Scientists have long wondered about the correct taxonomic classification of Pau-brasil, the national tree of Brazil. A new study using DNA sequences to analyze the evolutionary relationships of Pau-brasil and some 200 closely-related plants from right across the tropics (together known as the Caesalpinia group) confirms that Pau-brasil represents a unique and distinct evolutionary lineage, meriting recognition as a distinct genus. Given the cultural and historical importance of the tree for Brazil, the name chosen for this new genus is Paubrasilia, a Latinization of its Portuguese common name.
Scientists Dr Edeline Gagnon (Université de Montréal, Canada), Dr Haroldo Cavalcante de Lima (Instituto de Pesquisas Jardim Botânico do Rio de Janeiro, Brazil) and Dr Gwilym P Lewis (Royal Botanic Gardens, Kew, United Kingdom) describe the new genus in a paper in the journal Phytokeys, co-authored by Gagnon, and Drs Anne Bruneau (Institut de recherche en biologie végétale, Université de Montréal, Canada), Luciano Paganucci de Queiroz (Universidade Estadual de Feira de Santana, Brazil), Colin E Hughes (Department of Systematic and Evolutionary Botany, University of Zürich, Switzerland), and Gwilym P Lewis, Royal Botanic Gardens, Kew, U.K.
In the same paper, the authors describe three other new plant genera, namely Hererolandia(for a single species endemic to Hereroland in Namibia), Hultholia (in honor of Cambodian scientist Sovanmoly Hul Thol), and Gelrebia (a Latinization of the Somali word “Gelreb”, signifying “camel trap” in allusion to this impenetrable thorny shrub). Their work also redefines the size of seven other genera, laying out a new generic classification and bringing order to this taxonomically complicated pantropical group of plants.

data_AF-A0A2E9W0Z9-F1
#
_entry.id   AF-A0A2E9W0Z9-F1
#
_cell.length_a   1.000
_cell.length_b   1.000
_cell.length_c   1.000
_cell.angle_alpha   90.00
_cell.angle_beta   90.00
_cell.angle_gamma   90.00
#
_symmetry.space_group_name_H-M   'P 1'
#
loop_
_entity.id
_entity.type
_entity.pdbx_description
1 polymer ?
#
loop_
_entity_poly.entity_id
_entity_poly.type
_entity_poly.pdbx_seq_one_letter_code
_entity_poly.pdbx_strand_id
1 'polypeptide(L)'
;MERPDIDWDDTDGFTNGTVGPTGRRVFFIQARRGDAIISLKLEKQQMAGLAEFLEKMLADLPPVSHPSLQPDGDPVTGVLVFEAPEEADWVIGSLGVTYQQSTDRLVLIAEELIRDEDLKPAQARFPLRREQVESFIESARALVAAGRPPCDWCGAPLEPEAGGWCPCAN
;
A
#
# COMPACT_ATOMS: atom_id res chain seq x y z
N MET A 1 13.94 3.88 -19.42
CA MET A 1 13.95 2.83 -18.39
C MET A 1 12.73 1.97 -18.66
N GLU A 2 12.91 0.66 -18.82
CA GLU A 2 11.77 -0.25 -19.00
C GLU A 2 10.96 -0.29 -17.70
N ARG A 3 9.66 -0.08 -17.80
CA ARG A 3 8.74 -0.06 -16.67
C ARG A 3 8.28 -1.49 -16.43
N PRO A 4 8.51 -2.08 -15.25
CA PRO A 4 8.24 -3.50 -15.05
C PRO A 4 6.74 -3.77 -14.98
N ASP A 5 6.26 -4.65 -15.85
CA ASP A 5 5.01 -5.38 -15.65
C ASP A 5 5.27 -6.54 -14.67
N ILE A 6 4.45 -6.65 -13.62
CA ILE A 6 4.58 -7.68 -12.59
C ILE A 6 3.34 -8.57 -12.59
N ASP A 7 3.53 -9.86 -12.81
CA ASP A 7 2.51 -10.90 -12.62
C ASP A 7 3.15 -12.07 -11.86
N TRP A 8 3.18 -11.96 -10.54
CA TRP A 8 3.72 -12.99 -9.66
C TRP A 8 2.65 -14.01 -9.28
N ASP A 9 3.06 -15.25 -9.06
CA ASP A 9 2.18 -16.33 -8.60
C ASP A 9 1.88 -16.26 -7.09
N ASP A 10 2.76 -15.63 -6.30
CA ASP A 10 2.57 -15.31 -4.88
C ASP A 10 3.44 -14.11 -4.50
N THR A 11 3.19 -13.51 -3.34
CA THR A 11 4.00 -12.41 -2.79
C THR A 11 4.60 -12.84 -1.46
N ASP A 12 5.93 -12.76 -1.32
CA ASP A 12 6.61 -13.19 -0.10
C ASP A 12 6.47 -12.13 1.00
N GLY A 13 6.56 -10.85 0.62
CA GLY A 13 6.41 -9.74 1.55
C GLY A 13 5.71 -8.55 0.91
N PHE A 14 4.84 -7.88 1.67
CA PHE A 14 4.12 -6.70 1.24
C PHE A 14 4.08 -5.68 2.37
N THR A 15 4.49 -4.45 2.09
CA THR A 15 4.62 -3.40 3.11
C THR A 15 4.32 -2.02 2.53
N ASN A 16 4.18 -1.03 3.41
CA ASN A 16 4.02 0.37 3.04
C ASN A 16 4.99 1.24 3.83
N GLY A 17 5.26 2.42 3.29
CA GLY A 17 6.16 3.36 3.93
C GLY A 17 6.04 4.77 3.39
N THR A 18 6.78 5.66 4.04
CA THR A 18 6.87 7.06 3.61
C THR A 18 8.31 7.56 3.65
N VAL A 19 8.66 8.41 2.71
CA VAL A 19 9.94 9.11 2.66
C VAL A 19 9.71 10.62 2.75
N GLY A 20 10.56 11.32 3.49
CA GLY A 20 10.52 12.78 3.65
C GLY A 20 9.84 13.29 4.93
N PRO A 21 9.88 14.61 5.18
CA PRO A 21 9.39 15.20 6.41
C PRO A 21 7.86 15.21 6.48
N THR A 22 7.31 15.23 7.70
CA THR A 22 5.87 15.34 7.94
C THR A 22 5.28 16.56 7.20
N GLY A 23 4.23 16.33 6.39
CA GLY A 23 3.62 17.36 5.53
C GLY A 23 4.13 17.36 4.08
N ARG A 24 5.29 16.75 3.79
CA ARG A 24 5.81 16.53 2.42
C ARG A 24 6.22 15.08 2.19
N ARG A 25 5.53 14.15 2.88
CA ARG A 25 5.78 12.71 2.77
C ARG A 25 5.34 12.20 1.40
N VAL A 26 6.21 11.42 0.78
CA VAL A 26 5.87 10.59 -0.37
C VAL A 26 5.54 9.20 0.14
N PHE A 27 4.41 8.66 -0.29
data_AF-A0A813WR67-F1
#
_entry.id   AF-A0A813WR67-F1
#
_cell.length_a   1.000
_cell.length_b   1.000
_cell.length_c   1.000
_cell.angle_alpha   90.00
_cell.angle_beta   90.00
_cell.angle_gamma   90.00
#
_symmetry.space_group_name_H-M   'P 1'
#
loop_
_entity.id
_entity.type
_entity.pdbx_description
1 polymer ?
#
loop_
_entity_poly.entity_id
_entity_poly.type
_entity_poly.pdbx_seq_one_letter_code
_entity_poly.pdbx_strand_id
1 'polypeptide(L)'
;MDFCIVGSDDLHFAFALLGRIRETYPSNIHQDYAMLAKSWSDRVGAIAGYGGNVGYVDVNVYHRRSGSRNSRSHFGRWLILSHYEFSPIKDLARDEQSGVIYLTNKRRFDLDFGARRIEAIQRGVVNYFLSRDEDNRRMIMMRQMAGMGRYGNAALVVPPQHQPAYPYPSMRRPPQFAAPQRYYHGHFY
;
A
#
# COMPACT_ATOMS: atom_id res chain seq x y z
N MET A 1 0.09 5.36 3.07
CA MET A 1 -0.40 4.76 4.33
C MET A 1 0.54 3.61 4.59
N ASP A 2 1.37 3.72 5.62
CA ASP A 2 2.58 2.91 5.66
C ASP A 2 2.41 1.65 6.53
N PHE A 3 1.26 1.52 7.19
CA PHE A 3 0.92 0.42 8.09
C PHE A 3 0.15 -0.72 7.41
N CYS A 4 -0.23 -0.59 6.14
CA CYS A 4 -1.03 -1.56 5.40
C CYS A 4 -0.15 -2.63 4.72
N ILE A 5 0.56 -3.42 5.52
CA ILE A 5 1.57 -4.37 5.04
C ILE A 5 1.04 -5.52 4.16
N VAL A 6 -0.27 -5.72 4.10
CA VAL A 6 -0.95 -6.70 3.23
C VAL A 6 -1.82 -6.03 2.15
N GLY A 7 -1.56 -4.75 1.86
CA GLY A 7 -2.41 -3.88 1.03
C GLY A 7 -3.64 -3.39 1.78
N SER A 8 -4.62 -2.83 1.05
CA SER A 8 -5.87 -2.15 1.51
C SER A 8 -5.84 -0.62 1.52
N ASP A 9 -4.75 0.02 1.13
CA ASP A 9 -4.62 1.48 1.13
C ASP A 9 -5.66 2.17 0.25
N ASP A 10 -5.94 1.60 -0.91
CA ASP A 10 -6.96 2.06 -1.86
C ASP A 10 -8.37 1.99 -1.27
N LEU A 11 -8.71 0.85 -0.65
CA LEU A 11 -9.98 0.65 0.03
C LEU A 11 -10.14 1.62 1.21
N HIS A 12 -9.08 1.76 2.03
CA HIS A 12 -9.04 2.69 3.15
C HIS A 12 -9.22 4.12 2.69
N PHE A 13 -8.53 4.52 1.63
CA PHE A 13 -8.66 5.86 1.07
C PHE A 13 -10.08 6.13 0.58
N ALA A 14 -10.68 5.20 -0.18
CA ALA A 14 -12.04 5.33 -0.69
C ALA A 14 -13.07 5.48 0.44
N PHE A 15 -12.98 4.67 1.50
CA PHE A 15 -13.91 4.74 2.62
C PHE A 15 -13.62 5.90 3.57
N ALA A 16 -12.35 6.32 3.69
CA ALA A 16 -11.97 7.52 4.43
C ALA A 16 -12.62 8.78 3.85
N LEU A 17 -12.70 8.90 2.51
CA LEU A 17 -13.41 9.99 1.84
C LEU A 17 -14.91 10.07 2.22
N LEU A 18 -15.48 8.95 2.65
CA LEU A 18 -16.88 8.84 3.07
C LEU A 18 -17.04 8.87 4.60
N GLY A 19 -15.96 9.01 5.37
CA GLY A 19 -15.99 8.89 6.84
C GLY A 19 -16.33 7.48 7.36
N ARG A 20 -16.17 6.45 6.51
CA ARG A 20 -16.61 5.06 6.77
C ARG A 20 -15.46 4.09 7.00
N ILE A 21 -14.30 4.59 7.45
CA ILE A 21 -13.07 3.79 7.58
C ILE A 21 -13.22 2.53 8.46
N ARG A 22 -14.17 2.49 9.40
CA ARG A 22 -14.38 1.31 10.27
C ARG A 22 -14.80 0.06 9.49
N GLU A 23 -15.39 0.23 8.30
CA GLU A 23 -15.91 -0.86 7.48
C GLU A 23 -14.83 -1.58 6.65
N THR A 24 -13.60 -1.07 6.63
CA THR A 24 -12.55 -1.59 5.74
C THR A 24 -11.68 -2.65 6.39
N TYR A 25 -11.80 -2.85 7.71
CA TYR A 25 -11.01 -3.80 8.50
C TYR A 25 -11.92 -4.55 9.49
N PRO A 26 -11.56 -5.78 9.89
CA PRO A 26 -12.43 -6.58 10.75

Pau-brasil was once so common along the Brazilian coast that 16th century merchants referred to the country as “Terra do Brasil”, or Land of Brazilwood. The tree was highly sought-after for its red sap, which was used to dye luxury textiles, and even today its dense heartwood remains highly prized for the manufacture of high quality violin bows.
The authors hope that this emblematic new genus name will draw attention to the fragile state of the highly fragmented and threatened remaining forests of coastal Brazil where this iconic species is endangered. “Less than 7% of the Brazilian Atlantic Forest remains intact and despite the inclusion of the species in the Convention on International Trade in Endangered Species of Wild Fauna and Flora (CITES), we have witnessed first-hand evidence of illegal logging of Pau-Brasil during recent field work”, say the authors of the new name.
Gagnon E, Bruneau A, Hughes CE, De Queiroz LP, Lewis GP (2016) A new generic system for the pantropical Caesalpinia group (Leguminosae). PhytoKeys 71: 1-160. doi:10.3897/phytokeys.71.9203